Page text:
For a golfer who has banked $20million in earnings this season, Henrik Stenson seemed unusually concerned about winning a $100 bet.
Pride will do that.
The tall Swede, who had sunk as low as No 230 in the world rankings as recently as early 2012, has culminated an incredible climb back to such an elite status where Ian Poulter has proclaimed him to be "the best golfer on the planet."
It was Poulter who had to pay up on the bet.
The wager was over who would finish higher on the money list. Poulter had a good run, but when Stenson carded a final-round 64 to cap a 25-under-par performance at the DP World Tour Championship in Dubai, the bet went to the man who became the first golfer to claim the EuroTour's Race to Dubai and the PGA circuit's FedEx Cup in the same year.
Not bad for a dude whose most prominent exposure to the public prior to this season was, well, his exposure to the public:
Stenson, whose on-course demeanor often resembled that of his Viking berserker ancestors more than the modern-day Nordic image of suave reserve, has seemingly conquered those demons with a fortified resolve to keep his mental game on point. This newfound focus was probably also a result of his being one of the many victims swindled by Ponzi-scheme banker Allen Stanford, now serving 110 years in federal prison. Stenson lost millions.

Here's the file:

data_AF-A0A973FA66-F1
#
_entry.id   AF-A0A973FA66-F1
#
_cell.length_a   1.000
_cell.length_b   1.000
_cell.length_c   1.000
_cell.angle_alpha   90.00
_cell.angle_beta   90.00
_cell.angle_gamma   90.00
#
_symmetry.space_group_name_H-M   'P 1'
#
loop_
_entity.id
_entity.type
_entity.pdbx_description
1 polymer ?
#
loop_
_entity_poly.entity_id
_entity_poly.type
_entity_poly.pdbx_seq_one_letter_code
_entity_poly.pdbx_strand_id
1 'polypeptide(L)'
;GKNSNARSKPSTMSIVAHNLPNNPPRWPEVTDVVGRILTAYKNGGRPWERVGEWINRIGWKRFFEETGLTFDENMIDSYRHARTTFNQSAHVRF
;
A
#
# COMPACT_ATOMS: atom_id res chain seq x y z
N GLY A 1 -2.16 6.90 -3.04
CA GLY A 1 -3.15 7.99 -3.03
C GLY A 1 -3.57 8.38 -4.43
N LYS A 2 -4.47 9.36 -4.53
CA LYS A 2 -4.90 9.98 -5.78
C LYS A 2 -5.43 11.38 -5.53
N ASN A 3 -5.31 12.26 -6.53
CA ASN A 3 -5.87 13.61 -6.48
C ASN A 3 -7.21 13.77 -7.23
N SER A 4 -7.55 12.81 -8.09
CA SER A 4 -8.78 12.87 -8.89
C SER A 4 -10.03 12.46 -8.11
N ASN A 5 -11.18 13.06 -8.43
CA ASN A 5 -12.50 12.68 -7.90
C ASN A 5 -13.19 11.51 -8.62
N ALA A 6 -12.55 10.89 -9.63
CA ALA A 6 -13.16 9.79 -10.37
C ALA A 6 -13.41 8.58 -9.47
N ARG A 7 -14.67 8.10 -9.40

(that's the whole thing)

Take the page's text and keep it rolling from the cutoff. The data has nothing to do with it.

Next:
Fortunately for his financial future, the 37-year-old still had the talent, and once he got his head together, the rest of his body followed. It enabled him to pull clutch shots out of his repertoire like this final round gem on the 17th hole that secured the Deutsche Bank Championship:
Stenson's triumph in Dubai advanced him to the third spot in golf's world rankings. He'll have a winter to prepare for the 2014 campaign that tees off in January, and if he stays true to form, he'll be odds-on to dislodge Tiger Woods as No 1.
Just don't expect Poulter to be making that bet.